Unlike painters, filmmakers need to adapt to constantly changing technologies. For me, there are some constants. I’ve been using the same wind-up Bolex 16mm silent film camera since 1987 but the video cameras I use change pretty much every two years, from VHS to Hi8 to MinDV to high-definition digital to cell phone. Thus, my film is a kind of archeological document of the changing field. The screen image reflects the times, both in terms of context and texture. But unlike the technology, we as subjects remain the same, only we get older, all of us at the same rate, day by day. I decided to edit the film with Rebecca Shapass, a wonderful artist and filmmaker who was a student of mine just a few years ago. Together in my studio, we watched the skin of the film and the skin of our bodies change over three decades. This process was extremely difficult for me, both personally and aesthetically. But, it was so important to share the stories in the film with someone who could have a distance from our story, and who clearly was not going to be judgemental. In addition, Rebecca, who is in her mid-twenties, was able to see the beauty in the older footage and to appreciate the refreshing non-digital wrinkles. We spent the first year editing 12 discrete experimental films that had their own interior shape and structure. We spent the second year pulling these apart and reconstructing them into a single feature-length film.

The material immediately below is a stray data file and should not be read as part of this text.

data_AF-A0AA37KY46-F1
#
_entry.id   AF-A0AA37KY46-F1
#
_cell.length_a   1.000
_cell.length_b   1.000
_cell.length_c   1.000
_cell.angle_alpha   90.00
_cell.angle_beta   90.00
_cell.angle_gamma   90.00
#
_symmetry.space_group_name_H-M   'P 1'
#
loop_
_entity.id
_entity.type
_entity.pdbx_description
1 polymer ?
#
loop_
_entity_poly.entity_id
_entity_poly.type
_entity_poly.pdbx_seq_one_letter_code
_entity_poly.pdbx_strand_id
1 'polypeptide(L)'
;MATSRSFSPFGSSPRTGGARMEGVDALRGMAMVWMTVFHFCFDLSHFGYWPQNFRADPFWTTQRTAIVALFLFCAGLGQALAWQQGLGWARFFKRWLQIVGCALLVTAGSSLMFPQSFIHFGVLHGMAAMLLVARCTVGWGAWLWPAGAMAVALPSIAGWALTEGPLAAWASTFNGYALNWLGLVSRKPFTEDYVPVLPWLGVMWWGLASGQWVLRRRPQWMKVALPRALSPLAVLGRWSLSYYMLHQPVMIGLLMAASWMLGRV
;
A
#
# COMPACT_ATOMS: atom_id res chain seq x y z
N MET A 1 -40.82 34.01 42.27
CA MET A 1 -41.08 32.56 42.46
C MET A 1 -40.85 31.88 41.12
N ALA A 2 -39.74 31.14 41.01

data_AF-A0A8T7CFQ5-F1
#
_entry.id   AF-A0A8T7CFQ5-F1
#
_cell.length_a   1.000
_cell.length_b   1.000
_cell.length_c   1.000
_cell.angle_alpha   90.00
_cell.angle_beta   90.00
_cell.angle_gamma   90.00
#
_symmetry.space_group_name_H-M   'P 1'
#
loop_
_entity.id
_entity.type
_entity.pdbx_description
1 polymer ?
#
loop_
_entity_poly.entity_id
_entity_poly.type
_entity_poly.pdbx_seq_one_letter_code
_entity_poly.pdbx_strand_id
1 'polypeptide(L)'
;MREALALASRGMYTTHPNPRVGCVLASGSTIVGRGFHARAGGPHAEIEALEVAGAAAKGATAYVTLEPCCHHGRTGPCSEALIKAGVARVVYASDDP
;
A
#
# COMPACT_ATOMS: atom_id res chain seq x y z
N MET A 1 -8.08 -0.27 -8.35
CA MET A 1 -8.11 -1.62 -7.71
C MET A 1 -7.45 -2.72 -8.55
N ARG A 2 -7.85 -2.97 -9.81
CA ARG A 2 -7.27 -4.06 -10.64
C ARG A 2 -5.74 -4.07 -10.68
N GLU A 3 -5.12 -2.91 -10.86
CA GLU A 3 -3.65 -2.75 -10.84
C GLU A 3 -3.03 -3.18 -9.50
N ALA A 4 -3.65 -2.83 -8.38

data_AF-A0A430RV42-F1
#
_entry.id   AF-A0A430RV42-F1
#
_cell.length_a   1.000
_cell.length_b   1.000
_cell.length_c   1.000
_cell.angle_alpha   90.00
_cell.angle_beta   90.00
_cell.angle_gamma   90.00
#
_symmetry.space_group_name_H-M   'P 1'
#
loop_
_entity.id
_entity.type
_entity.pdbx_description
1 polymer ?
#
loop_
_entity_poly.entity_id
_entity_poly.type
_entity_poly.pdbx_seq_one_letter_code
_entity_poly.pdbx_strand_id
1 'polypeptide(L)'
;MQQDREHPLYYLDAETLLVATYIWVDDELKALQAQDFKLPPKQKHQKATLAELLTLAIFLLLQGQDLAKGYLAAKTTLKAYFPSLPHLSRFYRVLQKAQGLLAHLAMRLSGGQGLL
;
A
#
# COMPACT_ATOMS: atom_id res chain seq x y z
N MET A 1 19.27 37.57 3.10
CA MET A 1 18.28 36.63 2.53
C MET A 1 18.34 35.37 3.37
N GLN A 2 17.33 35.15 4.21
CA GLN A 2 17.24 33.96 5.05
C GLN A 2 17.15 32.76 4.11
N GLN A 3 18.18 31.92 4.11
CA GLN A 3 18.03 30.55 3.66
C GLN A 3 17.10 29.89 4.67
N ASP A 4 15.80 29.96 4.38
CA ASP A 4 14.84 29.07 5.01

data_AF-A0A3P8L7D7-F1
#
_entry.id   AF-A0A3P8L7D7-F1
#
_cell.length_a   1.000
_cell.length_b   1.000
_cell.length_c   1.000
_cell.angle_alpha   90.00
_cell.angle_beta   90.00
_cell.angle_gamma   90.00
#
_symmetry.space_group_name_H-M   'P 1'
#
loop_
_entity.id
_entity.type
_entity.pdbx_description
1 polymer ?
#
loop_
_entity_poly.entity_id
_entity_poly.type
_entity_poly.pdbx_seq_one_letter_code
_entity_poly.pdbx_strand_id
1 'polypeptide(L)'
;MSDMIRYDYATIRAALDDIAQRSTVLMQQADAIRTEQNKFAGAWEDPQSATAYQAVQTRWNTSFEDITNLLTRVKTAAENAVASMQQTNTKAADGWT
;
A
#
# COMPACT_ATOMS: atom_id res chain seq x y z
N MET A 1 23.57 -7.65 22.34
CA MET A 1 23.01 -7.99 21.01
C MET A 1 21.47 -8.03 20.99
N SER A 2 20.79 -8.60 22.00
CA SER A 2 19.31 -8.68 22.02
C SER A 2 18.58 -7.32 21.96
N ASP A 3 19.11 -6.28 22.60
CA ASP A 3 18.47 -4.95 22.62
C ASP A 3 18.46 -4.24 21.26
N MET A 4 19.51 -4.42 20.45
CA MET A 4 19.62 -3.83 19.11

Your look on your father is very lucid but never judgmental, which I think is a great strength of the film. Was that a difficult balance to strike?